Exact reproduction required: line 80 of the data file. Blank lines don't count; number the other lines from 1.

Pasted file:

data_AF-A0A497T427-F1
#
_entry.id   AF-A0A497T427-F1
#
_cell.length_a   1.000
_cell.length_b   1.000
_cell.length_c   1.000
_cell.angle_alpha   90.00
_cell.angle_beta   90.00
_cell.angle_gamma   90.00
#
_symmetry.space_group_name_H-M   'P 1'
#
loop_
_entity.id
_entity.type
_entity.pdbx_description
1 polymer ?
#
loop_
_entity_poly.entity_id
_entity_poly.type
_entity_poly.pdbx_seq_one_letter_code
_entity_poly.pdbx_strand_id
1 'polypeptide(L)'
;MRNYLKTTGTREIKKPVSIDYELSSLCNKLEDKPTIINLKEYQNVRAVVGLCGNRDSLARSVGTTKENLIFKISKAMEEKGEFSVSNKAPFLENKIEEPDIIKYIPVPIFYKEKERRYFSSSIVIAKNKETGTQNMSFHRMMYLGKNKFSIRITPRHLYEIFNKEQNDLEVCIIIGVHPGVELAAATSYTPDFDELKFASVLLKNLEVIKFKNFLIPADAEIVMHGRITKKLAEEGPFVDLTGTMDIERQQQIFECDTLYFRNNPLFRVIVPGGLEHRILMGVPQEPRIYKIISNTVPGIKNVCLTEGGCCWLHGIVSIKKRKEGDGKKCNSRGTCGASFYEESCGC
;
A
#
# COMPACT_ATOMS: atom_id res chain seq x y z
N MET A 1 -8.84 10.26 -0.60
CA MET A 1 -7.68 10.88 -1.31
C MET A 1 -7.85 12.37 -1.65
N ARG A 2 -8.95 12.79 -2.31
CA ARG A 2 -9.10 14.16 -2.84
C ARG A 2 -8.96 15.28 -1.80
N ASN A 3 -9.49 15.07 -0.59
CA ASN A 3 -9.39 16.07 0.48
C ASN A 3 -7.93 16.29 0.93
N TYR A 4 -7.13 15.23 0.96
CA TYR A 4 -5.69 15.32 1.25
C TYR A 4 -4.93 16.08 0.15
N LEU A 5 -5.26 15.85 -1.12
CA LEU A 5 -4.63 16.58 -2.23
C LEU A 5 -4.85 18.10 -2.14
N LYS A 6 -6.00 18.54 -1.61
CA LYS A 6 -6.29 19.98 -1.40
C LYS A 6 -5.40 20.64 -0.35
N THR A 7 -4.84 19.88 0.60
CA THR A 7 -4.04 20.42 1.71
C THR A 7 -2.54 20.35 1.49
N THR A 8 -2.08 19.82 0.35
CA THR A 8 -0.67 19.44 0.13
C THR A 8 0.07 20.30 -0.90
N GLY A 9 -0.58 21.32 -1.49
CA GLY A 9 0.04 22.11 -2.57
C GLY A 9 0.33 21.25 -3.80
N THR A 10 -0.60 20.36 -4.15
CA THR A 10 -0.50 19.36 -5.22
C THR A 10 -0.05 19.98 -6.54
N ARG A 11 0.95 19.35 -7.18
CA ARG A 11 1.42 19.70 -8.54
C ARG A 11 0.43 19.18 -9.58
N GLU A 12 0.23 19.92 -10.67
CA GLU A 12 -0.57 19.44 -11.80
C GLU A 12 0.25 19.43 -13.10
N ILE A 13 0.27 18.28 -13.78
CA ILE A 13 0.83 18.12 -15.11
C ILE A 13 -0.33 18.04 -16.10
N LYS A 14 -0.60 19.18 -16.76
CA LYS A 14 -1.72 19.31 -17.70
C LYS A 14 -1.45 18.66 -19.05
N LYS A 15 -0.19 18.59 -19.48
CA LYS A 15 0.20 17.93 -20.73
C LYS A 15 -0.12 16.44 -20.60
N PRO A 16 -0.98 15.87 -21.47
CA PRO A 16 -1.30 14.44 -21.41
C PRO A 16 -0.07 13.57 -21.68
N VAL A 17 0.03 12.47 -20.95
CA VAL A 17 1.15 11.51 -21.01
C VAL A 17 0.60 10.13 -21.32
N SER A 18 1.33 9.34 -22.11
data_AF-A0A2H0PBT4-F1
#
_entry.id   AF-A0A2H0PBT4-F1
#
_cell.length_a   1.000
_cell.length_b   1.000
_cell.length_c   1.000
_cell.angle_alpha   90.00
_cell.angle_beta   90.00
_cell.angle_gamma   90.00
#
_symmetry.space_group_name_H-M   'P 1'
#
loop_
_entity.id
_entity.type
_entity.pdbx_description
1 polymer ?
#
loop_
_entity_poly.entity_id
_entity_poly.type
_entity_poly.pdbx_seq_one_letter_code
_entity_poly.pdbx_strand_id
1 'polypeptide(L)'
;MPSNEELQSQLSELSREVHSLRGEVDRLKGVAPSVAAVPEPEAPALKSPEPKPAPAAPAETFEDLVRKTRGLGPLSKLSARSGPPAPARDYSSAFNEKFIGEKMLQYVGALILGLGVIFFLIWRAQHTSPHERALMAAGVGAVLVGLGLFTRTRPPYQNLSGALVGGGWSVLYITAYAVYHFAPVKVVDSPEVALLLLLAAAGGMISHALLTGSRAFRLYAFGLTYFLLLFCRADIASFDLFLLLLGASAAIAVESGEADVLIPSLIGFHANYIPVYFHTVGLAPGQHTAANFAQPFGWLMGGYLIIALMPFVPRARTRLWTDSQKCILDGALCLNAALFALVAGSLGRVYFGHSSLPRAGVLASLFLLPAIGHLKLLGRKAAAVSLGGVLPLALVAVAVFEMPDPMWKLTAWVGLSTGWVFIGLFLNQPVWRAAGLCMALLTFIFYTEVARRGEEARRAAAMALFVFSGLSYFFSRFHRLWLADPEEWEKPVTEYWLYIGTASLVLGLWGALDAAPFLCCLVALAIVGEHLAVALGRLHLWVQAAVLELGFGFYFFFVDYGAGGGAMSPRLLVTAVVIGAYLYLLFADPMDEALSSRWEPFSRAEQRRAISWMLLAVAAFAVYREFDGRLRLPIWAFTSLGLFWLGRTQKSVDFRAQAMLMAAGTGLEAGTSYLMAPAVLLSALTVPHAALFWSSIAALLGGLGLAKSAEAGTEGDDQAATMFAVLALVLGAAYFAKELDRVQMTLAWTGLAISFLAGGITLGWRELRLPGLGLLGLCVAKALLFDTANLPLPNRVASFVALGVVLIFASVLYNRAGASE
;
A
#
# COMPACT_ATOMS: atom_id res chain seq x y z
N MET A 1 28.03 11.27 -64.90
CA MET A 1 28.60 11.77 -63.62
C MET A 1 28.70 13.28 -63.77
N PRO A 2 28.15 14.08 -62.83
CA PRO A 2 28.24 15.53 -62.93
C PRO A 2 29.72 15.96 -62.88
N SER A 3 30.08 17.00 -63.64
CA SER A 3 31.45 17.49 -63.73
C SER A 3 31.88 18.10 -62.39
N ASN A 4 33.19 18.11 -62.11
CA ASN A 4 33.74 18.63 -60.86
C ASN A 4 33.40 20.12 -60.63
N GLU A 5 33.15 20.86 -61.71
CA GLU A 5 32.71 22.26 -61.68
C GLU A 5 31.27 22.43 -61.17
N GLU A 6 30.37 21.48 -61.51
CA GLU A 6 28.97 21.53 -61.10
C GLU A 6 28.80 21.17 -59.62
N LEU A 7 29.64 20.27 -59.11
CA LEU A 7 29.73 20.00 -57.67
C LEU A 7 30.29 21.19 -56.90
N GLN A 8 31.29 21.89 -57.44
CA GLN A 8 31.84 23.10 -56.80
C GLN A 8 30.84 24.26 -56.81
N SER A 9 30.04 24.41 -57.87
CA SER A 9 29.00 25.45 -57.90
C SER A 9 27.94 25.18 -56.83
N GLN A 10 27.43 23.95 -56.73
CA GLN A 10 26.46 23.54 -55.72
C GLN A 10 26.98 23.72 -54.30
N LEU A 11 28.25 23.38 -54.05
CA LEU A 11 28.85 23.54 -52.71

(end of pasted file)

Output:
CA VAL A 17 1.15 11.51 -21.01